5. Various statements of hers suggest that she gets our polity in a way few UUA leaders do.

6. Someone whom I know very well and trust very much knows both Hallman and Morales well and says without reservation that Hallman's the one for the job.


Thursday, February 19, 2009

Hiatus from Hiatus

First of all, a few clarifications:

1. It's not the stresses of law school, which are considerable. It's a specific opportunity that would involve people who don't appreciate the blogging art.

2. No, I don't know yet about the opportunity and remain on pins and needles.

3. I miss blogging lots and am looking into options for having a ...gulp... livejournalish private blog that I would then invite 100s of people to read. I will think about it and will put up a post soliciting email addresses for invitations if I decide to go that route. I'm also working on a different blogging project that would be quite different in scope from the Chaliceblog. We will see.

4. I miss blogging lots and see a story and say "Hey, I should write about that" five plus times per day. It is painfully like when I used to be a reporter and then one day wasn't and still found myself following police cars and pulling out my camera at odd times.

5. I mentioned a long time ago that I am voting for Laurel Hallman, though I didn't make a big fuss about it. I can't imagine that you care, but on the offchance, here you go. As far as I can tell Morales shares most of the things I don't like about Sinkford. Hallman seems to have a very good head on her shoulders and I suspect she would focus on more of the things I'm interested in.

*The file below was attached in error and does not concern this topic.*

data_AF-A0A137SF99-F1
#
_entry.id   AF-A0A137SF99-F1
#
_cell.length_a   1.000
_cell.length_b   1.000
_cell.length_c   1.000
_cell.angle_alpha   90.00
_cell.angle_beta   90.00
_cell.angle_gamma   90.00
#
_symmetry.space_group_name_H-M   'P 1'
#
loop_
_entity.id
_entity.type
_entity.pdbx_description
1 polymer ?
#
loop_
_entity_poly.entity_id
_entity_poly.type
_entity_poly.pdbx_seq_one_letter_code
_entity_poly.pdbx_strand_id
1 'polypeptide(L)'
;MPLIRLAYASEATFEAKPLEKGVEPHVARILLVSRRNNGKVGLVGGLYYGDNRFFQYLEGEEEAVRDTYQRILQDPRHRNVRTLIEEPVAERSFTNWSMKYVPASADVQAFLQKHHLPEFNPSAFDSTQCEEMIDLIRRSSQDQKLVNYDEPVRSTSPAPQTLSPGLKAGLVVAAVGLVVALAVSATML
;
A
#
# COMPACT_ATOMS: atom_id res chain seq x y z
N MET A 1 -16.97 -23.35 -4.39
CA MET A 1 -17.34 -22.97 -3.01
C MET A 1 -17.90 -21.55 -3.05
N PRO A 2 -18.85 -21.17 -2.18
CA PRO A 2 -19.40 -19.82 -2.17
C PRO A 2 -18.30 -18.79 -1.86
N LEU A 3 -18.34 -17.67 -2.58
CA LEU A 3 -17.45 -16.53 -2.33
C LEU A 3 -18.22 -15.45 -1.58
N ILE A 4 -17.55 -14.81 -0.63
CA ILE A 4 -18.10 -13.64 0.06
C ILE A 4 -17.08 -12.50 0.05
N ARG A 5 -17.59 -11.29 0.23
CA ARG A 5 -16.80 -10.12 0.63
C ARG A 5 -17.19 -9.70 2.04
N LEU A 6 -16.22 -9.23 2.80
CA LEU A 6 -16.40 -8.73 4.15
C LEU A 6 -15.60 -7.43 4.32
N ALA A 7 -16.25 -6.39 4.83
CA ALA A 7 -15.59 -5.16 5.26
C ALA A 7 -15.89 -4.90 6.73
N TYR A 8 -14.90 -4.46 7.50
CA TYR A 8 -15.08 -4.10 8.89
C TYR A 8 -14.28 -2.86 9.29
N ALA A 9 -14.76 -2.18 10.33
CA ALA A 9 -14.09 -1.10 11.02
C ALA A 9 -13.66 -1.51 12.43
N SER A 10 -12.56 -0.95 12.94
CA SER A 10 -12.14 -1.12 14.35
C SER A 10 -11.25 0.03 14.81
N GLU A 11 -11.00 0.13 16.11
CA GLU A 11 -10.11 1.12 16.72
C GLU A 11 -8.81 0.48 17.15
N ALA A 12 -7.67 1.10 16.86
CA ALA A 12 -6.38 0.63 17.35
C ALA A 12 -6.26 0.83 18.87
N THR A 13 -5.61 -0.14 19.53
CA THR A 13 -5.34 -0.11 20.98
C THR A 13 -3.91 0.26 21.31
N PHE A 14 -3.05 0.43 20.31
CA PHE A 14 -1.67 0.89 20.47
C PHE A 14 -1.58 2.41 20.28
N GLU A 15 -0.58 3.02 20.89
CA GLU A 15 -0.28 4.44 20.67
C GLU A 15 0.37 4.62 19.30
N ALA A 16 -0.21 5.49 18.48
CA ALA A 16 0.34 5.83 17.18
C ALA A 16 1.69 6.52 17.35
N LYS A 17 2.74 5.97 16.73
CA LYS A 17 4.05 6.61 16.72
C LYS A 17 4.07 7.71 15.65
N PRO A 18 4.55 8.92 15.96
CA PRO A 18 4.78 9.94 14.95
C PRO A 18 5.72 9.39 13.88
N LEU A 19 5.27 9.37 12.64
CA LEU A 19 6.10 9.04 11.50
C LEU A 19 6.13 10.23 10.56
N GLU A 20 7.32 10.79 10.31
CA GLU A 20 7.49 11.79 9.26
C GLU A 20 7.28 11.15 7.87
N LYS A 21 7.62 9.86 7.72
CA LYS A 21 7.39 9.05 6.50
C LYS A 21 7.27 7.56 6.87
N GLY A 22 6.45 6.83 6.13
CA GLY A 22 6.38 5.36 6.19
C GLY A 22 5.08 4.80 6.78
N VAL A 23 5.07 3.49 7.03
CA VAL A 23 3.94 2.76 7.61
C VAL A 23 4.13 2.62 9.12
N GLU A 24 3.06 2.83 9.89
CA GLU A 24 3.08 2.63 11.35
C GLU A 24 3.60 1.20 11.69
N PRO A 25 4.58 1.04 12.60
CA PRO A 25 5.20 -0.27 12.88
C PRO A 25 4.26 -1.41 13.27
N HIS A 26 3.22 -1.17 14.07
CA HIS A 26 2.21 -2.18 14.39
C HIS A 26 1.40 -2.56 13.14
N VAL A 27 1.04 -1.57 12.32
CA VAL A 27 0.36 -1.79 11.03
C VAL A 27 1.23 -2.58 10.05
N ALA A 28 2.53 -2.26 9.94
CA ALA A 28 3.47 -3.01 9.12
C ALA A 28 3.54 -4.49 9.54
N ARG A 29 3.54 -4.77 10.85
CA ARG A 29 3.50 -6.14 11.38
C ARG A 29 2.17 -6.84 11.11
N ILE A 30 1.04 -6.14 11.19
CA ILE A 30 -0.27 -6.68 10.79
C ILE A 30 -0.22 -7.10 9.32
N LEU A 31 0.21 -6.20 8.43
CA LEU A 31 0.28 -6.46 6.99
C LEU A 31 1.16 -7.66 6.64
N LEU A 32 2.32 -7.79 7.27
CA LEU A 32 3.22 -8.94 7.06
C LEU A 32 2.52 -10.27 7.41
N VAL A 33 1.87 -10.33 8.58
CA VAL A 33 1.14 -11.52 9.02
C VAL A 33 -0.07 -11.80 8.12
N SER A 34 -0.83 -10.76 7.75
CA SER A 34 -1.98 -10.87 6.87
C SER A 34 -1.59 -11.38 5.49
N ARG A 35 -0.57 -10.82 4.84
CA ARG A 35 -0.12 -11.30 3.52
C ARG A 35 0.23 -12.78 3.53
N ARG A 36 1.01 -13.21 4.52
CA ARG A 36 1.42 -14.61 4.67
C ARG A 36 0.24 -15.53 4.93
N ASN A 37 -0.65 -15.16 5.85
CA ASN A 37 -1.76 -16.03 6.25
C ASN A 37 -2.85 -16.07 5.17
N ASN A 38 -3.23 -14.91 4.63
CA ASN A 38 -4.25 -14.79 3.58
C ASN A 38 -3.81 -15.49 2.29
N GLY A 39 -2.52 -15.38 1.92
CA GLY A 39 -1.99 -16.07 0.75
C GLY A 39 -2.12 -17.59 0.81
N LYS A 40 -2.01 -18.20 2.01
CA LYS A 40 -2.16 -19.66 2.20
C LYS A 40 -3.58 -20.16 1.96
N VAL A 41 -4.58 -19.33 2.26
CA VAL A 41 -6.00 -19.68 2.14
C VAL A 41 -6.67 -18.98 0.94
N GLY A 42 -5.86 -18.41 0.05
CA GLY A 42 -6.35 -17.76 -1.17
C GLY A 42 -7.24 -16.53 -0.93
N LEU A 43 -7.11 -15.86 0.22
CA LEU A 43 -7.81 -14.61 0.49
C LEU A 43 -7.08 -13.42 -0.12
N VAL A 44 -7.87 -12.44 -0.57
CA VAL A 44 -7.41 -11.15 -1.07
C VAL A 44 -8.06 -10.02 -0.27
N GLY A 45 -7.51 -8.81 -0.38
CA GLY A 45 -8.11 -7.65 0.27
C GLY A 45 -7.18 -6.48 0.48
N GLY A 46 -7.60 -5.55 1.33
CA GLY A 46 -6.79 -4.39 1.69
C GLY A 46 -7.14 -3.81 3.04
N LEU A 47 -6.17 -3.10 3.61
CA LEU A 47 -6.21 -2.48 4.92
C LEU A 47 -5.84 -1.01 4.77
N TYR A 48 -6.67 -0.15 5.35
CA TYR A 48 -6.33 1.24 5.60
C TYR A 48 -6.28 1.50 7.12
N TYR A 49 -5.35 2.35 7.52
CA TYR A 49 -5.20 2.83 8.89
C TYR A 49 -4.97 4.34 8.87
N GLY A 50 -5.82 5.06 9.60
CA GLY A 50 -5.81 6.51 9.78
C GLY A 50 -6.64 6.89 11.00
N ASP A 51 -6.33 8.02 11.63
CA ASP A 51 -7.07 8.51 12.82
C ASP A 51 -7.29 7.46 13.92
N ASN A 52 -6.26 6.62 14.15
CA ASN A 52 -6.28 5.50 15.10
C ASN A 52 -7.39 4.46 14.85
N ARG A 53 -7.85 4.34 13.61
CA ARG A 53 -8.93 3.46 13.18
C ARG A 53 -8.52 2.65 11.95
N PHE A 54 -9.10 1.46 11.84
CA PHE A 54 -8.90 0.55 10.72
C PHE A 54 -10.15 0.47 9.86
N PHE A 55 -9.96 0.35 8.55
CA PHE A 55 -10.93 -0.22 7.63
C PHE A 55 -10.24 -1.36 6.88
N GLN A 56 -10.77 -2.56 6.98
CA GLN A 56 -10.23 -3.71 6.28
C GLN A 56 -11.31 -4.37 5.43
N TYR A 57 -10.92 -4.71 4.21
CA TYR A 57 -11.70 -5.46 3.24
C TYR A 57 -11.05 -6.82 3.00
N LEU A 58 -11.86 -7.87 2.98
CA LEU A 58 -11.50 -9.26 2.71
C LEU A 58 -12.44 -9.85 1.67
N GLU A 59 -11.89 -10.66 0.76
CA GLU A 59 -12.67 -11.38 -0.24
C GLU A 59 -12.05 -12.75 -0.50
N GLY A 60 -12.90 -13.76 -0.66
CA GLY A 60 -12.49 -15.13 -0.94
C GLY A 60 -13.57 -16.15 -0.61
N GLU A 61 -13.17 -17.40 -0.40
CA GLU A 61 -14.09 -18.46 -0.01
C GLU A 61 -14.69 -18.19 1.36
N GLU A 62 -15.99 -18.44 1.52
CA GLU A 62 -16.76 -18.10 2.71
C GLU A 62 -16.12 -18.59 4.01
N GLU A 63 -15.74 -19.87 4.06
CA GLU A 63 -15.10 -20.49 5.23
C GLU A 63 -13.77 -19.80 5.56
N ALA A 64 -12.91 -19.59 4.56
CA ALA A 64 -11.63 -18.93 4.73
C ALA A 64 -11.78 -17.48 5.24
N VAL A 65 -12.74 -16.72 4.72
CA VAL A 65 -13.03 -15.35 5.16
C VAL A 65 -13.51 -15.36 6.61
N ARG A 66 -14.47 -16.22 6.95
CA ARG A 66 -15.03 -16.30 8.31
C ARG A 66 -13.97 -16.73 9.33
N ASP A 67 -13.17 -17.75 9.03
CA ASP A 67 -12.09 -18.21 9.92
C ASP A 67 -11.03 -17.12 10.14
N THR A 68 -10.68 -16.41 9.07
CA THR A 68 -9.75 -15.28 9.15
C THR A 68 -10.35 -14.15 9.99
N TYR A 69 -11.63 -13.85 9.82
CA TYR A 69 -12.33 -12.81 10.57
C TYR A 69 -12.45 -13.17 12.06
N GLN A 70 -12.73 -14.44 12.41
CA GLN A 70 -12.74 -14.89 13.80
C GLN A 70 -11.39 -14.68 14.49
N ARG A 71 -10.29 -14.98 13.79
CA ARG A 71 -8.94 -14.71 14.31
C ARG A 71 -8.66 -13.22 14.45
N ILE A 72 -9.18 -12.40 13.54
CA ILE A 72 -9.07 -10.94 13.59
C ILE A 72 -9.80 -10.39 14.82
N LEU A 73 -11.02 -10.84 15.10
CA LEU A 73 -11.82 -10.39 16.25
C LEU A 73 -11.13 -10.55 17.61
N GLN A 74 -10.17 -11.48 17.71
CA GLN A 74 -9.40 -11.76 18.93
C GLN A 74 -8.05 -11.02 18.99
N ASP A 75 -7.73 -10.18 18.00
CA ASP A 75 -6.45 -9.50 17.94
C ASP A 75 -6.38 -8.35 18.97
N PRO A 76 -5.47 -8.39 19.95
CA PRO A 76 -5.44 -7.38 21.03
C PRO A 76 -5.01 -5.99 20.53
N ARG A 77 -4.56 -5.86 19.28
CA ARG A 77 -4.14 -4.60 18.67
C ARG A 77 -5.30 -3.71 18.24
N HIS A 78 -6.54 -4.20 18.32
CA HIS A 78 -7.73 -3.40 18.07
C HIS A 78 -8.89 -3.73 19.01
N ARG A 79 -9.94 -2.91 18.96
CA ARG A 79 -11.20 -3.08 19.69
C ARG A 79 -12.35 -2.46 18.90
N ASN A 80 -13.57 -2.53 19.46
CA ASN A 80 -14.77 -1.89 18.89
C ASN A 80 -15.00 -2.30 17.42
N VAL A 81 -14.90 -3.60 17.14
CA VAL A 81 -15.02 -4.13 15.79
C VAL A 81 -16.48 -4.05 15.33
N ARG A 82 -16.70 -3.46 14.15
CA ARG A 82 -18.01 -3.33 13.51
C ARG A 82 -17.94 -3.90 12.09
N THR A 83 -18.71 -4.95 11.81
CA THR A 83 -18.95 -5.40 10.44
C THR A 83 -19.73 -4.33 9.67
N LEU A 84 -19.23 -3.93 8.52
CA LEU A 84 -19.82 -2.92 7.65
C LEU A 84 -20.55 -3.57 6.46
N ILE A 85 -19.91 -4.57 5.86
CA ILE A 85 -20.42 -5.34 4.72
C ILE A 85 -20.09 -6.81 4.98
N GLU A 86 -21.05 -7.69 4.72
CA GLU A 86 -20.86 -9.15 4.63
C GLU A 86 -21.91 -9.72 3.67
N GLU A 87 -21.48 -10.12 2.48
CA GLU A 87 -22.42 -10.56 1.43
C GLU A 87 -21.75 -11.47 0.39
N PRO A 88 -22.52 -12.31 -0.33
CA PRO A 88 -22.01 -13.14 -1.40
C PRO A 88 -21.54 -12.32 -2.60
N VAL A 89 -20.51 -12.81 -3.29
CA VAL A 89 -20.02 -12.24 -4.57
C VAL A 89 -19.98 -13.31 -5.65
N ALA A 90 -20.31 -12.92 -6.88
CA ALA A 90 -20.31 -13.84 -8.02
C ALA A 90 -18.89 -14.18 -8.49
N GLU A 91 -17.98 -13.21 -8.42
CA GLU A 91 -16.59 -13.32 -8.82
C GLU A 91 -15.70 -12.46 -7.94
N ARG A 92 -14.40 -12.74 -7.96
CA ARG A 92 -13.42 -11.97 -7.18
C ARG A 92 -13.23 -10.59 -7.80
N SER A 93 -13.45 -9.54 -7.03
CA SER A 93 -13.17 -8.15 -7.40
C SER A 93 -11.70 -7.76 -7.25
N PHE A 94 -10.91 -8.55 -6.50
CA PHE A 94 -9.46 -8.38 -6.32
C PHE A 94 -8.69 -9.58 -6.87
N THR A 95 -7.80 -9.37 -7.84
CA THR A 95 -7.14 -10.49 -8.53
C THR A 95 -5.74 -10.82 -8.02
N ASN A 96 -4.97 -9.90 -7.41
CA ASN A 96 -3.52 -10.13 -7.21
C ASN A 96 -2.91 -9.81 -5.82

Also, I very much agree with Gini Courter when she writes: At this moment of possibility, Unitarian Universalism needs a leader grounded in our polity who knows that real growth will come not from having a thousand congregations listen to one leader, but from the work of a leader who listens to our thousand congregations.

I think Hallman is that listener. Neither of them is perfect, neither would be a disaster, though.

Ok, now the real reason I am posting today: If you have any interest at all in criminal justice issues Check this out and disseminate widely.

Major squick possibilities in the photographs, but people do need to know that forensic experts and medical examiners who just whore for the prosecution are very much a reality and that people sometimes go to jail for a long time on the basis of lies.

A summary of the story, without video, is here.

People, IRL and on this blog, have been known to ask me why I like and respect and listen to Libertarians so much given that some of them are obviously nuts.

Primarily it's because libertarians care about this stuff and work on it while liberals are so afraid of being seen as "soft on crime" that they won't touch it.

Miss you guys,


Monday, February 09, 2009

How many Southern Presbyterians does it take to change a light bulb?